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Potlatch Conservation Education Center hosts mobility-impaired hunters for once-in-a-lifetime experience

BY Randy Zellers

ON 12-12-2018


Dec. 12, 2018

Randy Zellers

Assistant Chief of Communications

CASSCOE – Four mobility-impaired Arkansas hunters were able to fill their deer tags last weekend, thanks to a special hunt provided by the Arkansas Game and Fish Commission, Arkansas Game and Fish Foundation and the Dale Bumpers White River National Wildlife Refuge. 

The hunt took place at the Potlatch Conservation Education Center at Cook’s Lake in Casscoe. It included two-and-a-half days of deer hunting, lodging and meals. This is one of only two hunting opportunities on this 1,850-acre portion of the refuge each year, with the first being a draw youth hunt. 

“The hunt offers an ability to manage the deer herd on this area and lets us offer something special to hunters who draw,” said Wil Hafner, AGFC education program specialist at the center. “It really is a special place, and these opportunities let us share it with hunters as much as we share it with anglers and school groups throughout the rest of the year.”

The process began in August, when the refuge opened an application period for the three-day hunt. Only hunters with severely impaired mobility were eligible to qualify for the hunt. Applications were accepted until Sept. 1 and five applicants were randomly chosen by refuge staff. 

“Unfortunately, we were notified that one of the hunters would not be able to attend for health reasons and did not have enough time to contact an alternate,” Hafner said. “But we had a great time with the four hunters who arrived on Friday.”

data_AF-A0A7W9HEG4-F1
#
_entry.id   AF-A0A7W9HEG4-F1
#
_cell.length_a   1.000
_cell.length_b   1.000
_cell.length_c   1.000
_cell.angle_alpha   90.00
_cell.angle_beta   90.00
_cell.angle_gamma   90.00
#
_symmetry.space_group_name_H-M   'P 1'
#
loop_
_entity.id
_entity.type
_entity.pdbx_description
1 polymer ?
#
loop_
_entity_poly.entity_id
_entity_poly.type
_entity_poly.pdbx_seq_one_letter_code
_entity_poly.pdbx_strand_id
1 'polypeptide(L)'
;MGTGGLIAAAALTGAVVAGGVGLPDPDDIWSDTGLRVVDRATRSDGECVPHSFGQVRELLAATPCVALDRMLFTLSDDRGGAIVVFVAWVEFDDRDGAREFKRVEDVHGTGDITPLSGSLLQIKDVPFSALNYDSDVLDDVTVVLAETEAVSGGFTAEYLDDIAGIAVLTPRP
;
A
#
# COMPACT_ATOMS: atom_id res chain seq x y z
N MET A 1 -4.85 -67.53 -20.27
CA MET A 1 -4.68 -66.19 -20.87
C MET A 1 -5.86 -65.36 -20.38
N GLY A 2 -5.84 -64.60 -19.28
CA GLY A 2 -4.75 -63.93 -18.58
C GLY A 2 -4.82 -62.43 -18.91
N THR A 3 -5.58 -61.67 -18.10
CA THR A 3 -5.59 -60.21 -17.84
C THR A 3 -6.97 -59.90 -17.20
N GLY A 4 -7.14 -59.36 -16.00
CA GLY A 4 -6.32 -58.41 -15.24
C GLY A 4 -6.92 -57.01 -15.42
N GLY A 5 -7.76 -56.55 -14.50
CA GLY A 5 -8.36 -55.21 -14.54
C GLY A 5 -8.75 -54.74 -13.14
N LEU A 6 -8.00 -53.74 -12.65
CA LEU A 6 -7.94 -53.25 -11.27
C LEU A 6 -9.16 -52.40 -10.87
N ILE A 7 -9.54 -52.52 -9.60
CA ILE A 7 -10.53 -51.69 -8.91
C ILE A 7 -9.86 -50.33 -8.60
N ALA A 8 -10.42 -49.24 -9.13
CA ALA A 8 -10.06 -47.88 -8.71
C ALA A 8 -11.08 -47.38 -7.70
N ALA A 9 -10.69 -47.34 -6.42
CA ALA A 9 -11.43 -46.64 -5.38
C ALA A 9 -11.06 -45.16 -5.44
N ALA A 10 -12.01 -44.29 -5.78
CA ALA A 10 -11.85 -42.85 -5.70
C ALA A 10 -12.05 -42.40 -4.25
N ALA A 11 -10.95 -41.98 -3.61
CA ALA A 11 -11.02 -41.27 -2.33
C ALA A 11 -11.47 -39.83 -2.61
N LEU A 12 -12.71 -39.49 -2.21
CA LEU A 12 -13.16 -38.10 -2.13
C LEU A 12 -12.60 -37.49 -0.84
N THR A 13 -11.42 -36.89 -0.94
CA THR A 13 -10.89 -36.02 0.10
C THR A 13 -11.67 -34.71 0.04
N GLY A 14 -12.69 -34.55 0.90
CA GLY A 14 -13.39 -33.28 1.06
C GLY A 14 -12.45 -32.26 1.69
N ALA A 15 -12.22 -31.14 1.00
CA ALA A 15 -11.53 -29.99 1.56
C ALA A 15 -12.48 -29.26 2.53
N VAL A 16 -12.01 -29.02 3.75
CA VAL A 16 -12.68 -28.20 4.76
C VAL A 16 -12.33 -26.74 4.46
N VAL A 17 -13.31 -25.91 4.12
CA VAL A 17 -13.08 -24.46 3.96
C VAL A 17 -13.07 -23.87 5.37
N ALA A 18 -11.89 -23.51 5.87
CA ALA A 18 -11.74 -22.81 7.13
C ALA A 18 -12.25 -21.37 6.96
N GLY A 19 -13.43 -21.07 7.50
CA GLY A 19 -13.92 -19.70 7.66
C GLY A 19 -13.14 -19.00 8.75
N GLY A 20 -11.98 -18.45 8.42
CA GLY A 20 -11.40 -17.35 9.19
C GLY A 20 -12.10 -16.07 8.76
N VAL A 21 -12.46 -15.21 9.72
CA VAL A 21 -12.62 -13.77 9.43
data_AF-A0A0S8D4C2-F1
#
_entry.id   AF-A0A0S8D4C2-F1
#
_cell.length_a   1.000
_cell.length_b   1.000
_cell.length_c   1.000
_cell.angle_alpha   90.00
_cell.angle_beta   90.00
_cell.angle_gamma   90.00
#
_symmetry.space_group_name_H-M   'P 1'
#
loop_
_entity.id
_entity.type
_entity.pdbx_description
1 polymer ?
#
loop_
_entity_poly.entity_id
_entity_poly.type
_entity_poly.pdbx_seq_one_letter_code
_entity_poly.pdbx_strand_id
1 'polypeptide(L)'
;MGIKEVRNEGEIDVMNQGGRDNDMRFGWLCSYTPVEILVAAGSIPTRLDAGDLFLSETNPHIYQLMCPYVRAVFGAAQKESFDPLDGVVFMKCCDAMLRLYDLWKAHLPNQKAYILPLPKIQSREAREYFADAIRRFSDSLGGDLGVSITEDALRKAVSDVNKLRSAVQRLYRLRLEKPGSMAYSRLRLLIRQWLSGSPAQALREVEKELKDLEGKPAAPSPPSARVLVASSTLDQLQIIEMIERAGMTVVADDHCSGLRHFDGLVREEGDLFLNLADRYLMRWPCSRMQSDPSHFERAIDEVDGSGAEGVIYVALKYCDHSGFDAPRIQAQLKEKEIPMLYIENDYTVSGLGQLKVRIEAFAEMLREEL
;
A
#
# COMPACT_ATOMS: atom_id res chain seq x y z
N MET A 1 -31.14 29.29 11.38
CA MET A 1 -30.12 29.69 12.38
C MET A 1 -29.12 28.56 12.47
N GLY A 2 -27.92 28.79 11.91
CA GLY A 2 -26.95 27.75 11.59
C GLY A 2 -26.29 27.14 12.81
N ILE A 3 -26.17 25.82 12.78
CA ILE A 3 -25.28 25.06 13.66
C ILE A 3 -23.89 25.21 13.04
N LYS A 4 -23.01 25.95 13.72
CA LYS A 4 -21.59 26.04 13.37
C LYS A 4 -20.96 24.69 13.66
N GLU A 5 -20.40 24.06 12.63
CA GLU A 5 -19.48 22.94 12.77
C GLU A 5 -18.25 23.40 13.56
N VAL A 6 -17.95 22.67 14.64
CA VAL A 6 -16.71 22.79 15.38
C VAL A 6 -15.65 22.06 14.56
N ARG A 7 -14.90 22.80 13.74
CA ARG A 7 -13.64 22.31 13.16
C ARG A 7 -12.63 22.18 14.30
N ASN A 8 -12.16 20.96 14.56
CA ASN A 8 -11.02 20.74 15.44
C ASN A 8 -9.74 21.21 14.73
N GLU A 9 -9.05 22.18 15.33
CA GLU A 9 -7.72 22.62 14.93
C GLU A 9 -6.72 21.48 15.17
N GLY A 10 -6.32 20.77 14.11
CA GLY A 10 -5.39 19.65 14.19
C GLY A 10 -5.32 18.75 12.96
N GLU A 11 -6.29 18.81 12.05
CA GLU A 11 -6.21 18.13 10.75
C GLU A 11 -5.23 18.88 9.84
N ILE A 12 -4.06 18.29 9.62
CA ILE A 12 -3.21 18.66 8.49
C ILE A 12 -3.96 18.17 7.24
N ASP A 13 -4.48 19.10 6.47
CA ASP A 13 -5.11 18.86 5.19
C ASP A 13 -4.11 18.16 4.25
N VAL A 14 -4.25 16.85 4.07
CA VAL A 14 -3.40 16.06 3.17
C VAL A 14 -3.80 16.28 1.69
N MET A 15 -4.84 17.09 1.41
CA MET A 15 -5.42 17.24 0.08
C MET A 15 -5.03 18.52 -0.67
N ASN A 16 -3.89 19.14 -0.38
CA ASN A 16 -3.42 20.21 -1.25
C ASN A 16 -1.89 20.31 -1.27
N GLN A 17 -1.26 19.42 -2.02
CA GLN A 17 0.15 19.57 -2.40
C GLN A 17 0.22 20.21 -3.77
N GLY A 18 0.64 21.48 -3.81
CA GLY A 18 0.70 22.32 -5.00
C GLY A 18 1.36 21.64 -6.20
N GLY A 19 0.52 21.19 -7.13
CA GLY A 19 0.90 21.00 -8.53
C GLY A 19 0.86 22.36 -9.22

All participants were given an orientation on Friday about the regulations of the hunt and the amenities that would be provided.

“We scouted ahead of time and had some really good spots picked out for stand locations,” Hafner said. “The hunters could choose from locations that had a hydraulic lift stand, a ground blind or a small shooting house that stood about 6 feet off the ground.”

After orientation, participants were taken to their stands for the first evening of the hunt, and the pace was set very quickly.

“We were a little worried because the deer activity has not been very high in the last few months,” Hafner said. “But about two weeks ago, the deer really started to move. On the first night of the hunt, we dropped one hunter off at his stand at 1:30 p.m. We heard him shoot at 2, and he called, confirming he had taken a buck. He asked to stay to see if he could get a doe that night as well. By the end of the first evening he was able to get his doe as well. It’s the fastest anyone here can remember one of the participants filling his limit.”

All hunters who participated were able to at least fill one of their tags, despite heavy rains slowing things down on the second day of the hunt.

In between hunts, participants were able to enjoy the center’s hospitality and excellent food, courtesy of the Arkansas Game and Fish Foundation. 

“This really is a once-in-a-lifetime opportunity; according to the hunt’s regulations a hunter can only participate once,” Hafner said. “So we really try to make sure it produces the kind of memories that will last a lifetime.”

Visit for more information about the center and opportunities it provides.

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